Mia Birdsong has spent more than 20 years fighting for the self-determination and pointing out the brilliant adaptations of everyday people. In her current role as Co-Director of Family Story, Mia is updating this nation’s outdated picture of the American family (hint: rarely 2.5 kids and two heterosexual parents living behind a white picket fence). Previously, Mia worked as the Vice President of the Family Independence Initiative, where she created and curated the Torchlight Prize. Mia, whose 2015 TED talk–titled, “The Story We Tell About Poverty Isn’t True”–has been viewed over 1.2 million times already, has been published in the Stanford Social Innovation Review, Salon, and On Being, and has guest lectured at UC Berkeley. She is a graduate of Oberlin College and an inaugural Ascend Fellow of The Aspen Institute.
Mia is also a modern Renaissance woman. She has spent time organizing to abolish prisons, teaching teenagers about sex and drugs, interviewing literary luminaries like David Foster Wallace, John Irving, and Edwidge Danticat, and attending births as a midwifery apprentice. She co-founded Canerow, a resource for people dedicated to raising children of color in a world that reflects the spectrum of who they are. These are some of the many reasons that Mia was recognized as one of Colorlines “15 Remarkable Women of Color Who Rocked 2015.”
Mr. Branch, born and raised by a single mother on welfare in Oakland, California, took the road less traveled to get out of the ghetto and attended one of California’s premier engineering colleges, California Polytechnic - San Luis Obispo. Ashanti studied Civil Engineering and worked as a construction project manager in his first career. After tutoring struggling students and realizing his true passion was teaching, Mr. Branch changed careers. He had suddenly found the “fire” that was missing in his life and he hoped to ignite a similar enthusiasm in his young students. In 2004 as a first year teacher, Ashanti started The Ever Forward Club to provide a support group for African American and Latino males, who were not achieving to the level of their potential. Since then, The Ever Forward Club has grown to serve both young men and women and become a 501(c)3 non-profit organization. The Ever Forward Club has helped 100% of its members graduate high school and 93% of them have gone on to attend college.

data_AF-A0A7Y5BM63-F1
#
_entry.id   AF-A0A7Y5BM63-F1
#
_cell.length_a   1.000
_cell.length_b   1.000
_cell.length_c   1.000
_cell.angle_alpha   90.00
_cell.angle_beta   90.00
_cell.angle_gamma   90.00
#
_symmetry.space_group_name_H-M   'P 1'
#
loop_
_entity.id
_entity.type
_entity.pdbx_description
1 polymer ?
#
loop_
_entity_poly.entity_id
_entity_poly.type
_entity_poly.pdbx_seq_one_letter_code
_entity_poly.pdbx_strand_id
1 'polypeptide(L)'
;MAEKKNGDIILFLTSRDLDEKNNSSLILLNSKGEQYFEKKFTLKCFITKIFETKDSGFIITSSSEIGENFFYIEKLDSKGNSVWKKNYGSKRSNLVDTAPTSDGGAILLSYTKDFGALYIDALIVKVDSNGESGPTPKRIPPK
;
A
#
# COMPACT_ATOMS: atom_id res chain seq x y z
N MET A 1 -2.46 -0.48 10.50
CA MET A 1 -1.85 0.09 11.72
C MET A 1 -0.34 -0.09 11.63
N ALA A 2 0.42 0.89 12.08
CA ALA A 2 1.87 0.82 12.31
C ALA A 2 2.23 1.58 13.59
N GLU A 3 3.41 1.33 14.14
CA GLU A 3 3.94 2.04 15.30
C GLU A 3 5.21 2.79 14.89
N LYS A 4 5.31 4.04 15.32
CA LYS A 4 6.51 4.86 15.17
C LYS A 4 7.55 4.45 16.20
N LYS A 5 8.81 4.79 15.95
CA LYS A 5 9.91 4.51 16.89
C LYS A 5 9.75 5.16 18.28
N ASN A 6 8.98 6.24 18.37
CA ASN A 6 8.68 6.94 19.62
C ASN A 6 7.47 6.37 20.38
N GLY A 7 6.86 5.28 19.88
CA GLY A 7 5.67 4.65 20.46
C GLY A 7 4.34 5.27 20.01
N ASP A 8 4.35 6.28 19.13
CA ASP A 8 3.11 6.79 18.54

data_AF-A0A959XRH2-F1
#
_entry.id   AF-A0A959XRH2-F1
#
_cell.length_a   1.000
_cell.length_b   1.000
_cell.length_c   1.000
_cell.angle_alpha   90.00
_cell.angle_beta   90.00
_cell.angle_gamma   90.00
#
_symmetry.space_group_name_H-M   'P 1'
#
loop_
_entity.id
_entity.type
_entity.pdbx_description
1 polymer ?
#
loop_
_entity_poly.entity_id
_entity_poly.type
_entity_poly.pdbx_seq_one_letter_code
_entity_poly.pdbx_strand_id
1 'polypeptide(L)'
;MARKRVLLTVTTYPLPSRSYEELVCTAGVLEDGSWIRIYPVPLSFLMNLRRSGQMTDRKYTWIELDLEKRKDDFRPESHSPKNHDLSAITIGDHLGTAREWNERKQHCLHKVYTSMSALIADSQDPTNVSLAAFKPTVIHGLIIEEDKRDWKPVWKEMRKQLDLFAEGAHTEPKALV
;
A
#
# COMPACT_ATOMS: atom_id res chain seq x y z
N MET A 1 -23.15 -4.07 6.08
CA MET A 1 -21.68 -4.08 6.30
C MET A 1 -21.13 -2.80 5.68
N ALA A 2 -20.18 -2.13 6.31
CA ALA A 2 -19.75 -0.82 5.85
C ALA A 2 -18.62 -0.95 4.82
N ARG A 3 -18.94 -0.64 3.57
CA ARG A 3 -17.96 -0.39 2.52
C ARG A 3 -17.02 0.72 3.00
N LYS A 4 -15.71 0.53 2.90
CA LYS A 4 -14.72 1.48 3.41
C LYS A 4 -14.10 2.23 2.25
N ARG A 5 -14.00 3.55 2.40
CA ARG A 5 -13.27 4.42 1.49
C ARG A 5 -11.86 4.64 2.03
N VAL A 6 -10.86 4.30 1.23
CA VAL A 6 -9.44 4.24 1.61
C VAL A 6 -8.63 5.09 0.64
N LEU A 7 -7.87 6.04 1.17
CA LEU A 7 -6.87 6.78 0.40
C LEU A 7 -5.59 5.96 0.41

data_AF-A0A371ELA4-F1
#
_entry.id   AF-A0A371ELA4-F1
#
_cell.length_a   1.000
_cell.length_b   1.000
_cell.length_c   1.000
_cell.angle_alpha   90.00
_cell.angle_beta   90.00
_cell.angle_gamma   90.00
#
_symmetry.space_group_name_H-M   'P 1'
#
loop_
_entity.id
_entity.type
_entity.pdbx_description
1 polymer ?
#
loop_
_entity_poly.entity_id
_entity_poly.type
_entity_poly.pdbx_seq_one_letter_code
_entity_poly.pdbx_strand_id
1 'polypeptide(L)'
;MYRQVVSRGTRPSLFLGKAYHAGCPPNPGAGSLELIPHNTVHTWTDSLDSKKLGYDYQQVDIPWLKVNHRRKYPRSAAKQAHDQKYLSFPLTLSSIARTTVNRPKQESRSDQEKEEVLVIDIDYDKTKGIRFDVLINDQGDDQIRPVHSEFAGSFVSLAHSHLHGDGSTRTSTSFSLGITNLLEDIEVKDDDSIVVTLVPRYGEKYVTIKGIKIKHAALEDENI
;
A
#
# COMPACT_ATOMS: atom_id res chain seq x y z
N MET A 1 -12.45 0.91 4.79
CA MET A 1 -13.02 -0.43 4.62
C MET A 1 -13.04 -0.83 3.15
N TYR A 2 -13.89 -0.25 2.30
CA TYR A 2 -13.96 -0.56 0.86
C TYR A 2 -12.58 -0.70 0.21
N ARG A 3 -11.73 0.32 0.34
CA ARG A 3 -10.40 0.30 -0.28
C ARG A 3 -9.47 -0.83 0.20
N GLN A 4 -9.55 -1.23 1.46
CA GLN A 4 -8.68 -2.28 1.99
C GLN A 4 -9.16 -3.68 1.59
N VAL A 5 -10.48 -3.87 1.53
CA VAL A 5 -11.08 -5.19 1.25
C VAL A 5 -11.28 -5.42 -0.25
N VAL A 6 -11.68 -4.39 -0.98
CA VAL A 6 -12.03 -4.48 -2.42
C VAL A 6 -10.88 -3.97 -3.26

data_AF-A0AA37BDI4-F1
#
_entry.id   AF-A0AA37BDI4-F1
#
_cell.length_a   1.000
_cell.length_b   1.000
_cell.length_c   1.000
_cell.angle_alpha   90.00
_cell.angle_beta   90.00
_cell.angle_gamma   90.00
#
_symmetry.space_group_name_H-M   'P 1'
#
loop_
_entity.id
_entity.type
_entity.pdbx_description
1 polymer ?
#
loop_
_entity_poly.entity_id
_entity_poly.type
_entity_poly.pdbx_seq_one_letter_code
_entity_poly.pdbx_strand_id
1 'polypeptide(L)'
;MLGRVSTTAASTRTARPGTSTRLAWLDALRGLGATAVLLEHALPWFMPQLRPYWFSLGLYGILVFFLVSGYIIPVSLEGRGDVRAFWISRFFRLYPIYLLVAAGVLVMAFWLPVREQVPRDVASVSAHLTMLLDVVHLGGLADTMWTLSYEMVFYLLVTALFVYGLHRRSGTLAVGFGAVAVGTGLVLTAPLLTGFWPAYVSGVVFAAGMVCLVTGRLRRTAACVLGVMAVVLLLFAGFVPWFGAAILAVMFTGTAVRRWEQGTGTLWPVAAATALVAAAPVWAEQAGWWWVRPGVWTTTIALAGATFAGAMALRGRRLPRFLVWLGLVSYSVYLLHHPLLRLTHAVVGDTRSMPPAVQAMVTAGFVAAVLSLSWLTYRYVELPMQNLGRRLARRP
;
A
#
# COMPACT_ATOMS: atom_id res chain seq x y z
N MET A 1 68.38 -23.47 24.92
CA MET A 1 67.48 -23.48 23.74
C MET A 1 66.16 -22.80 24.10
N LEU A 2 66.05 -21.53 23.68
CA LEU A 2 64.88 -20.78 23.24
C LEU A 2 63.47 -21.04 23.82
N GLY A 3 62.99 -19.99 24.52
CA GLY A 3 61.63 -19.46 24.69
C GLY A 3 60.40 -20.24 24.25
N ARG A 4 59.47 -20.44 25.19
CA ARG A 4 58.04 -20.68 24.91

With over 19 years mentoring youth and 10 of those years as a math teacher educating inner city youth, Ashanti was awarded with a Fulbright Exchange Fellowship to India, a Rotary Club Cultural Ambassadorial Fellowship to Mexico and a 2010 Teacher of the Year Award from the Alameda-Contra Costa County Math Educators. Mr. Branch is on a mission to change the way that students interact with their education and the way schools interact with students.